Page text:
Wednesday, October 26, 2016

Alternative Medicine and Naturopathy

I have always been a fan of alternative and holistic medicine and naturopathy as well as Eastern medicine. I believe that modern Western medicine works fairly well but there is no reason not to look at other established types of medicine. Tell me Chinese people didn't develop their own type of medicine to survive and grow for thousands of years.

I think there are many things that are involved in good health care and an antibiotic isn't going to cure everything. I mean what about drinking hot lemonade with whiskey for a bad cold? Its a dose of vitamin C and the whiskey might help you take a nap. Rest and vitamins will help a lot to cure a cold. Or steaming out congestion with a pan of warm water and a towel instead of taking a decongestant? Or acupuncture for knee pain?

Anyway, I have always thought there was a lot of benefit to these types of medicine. Then I read this article. A former naturopath is taking on her whole field of medicine saying it isn't anything more than witchcraft. I read the article and then read parts of her blog.  I found it fascinating.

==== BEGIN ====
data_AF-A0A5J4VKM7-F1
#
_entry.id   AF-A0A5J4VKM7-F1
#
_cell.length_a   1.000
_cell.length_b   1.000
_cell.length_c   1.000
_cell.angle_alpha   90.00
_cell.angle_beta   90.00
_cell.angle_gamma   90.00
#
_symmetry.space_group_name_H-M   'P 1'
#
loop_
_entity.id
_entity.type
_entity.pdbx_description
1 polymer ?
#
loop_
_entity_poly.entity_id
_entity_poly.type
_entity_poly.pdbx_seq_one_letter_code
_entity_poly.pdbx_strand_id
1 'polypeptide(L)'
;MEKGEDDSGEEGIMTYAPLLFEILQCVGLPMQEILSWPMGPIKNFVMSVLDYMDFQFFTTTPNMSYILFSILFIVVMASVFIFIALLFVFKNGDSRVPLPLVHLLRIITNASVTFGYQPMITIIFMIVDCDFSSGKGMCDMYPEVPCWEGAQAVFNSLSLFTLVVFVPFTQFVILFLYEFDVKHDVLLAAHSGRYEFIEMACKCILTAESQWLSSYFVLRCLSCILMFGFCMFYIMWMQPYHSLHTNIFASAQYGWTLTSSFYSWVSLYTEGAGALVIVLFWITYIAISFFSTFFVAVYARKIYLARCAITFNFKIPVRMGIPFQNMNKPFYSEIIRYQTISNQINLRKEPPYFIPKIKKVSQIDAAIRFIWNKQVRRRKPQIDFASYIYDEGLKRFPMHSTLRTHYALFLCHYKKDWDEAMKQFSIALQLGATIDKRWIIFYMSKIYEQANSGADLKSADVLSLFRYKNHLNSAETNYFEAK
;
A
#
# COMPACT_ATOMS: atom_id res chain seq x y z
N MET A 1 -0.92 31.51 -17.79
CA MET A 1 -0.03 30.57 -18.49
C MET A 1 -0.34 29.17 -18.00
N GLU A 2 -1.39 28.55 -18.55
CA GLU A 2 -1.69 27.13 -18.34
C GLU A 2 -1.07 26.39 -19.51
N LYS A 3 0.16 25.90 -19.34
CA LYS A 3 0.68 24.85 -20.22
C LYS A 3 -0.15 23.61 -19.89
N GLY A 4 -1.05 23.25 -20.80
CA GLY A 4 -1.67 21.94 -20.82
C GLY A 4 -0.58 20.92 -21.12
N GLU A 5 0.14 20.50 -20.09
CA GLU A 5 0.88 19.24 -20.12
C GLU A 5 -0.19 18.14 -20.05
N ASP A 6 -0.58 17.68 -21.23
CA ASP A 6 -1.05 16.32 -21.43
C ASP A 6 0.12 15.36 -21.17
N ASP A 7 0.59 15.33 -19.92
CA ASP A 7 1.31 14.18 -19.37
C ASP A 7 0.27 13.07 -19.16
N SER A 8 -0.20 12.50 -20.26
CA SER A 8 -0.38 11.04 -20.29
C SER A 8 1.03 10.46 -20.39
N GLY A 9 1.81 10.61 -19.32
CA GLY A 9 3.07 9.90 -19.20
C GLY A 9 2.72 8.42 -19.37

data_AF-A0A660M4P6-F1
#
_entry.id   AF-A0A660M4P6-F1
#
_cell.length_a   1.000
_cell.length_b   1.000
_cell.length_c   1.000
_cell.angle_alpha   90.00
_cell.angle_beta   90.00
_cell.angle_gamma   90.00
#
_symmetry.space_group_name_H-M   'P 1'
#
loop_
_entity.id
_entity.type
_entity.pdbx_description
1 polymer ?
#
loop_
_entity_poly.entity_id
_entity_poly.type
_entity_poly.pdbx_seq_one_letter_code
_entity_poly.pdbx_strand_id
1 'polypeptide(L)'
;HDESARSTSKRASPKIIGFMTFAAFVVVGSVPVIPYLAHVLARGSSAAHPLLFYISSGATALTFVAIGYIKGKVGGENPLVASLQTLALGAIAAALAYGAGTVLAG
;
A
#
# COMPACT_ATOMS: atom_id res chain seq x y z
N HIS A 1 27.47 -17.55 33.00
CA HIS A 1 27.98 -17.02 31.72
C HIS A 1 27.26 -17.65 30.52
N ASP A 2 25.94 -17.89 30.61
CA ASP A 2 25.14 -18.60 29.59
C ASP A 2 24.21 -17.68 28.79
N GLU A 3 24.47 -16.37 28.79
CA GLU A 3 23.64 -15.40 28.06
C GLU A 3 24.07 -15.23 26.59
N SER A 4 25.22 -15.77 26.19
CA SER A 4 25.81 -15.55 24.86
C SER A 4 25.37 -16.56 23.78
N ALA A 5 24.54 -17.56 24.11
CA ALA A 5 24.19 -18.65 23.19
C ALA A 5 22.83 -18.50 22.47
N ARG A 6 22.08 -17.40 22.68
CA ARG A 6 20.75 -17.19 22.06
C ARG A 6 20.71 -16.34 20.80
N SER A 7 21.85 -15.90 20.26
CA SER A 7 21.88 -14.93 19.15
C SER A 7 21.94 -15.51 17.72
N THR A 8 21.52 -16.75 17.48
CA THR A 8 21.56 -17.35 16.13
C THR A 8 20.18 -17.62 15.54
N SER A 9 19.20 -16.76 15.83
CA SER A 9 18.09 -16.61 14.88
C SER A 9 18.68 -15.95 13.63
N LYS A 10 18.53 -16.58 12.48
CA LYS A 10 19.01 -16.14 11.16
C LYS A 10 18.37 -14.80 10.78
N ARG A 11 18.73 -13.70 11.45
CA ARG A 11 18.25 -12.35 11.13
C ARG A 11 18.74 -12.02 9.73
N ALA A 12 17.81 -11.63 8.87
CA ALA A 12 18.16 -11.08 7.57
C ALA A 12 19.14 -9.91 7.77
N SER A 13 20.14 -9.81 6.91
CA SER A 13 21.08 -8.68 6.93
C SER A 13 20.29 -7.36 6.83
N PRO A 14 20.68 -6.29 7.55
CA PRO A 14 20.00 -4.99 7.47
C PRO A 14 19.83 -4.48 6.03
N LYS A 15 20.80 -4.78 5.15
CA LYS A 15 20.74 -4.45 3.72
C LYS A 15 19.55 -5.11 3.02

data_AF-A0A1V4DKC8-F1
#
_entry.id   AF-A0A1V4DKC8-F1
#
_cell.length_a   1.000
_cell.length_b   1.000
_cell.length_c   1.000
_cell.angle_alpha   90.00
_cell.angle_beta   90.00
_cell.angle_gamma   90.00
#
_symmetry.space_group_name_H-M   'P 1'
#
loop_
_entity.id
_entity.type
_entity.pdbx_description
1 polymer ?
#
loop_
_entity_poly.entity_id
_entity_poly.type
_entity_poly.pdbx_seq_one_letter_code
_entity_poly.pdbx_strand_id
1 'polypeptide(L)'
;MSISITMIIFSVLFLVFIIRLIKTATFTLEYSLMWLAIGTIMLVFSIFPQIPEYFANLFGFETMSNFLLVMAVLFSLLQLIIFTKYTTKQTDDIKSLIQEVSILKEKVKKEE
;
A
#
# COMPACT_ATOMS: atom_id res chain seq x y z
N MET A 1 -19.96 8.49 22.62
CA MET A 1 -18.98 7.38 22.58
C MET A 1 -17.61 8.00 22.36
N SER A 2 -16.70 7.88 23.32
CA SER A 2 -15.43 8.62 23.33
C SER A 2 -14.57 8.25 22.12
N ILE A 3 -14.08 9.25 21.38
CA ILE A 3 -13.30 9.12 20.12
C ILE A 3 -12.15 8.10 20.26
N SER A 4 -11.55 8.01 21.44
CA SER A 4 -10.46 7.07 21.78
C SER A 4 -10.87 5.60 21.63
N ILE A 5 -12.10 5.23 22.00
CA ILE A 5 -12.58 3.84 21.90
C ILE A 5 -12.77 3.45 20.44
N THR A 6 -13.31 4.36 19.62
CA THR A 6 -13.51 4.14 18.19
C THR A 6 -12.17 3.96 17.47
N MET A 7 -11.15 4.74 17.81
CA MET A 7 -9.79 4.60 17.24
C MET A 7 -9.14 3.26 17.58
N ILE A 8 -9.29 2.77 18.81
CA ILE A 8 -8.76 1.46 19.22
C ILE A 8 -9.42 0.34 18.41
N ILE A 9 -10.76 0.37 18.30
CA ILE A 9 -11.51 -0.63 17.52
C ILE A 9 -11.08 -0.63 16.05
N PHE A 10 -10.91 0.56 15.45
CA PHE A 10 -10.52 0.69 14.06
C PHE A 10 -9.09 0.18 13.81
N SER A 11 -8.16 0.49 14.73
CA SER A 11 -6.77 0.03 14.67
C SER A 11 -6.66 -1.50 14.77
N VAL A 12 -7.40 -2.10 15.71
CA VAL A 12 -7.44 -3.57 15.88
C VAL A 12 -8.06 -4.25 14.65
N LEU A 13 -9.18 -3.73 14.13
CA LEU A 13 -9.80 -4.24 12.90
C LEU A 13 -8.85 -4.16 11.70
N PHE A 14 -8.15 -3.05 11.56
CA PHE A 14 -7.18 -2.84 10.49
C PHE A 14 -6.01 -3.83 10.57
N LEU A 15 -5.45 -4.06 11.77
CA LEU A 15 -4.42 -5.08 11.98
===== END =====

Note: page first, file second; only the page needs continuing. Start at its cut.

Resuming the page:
The way I read it is she believed in naturopathy and then she studied it in college before beginning practicing. Then she decided that it wasn't helping people.

“I’m trying to contextualize and call out the false and exaggerated claims,” she said. “They want to be able to do everything an MD wants to do — but they also want to practice essentially witchcraft.”

In contrast other naturopaths are lobbying to get their practices more legitimatized. So the question arises, why? As a practitioner, Britt Hermes didn't feel she had the education to help people:

"Hermes has railed against the Bastyr curriculum as wholly inadequate to train practicing clinicians. She says she never learned about the medical standard of care for most illnesses and had minimal experience working directly with ill patients."

So she thought she got enough training but then realized she didn't. She was smart and decided that she needed to do something else. And now she is working to raise awareness that naturopathy isn't going to cure very much. It can help with conventional medicine but isn't going to cure anyone alone.

If you use naturopathy to help you, you might want to go read her blog and the article to get a better sense of the short comings of ignoring hard evidence.

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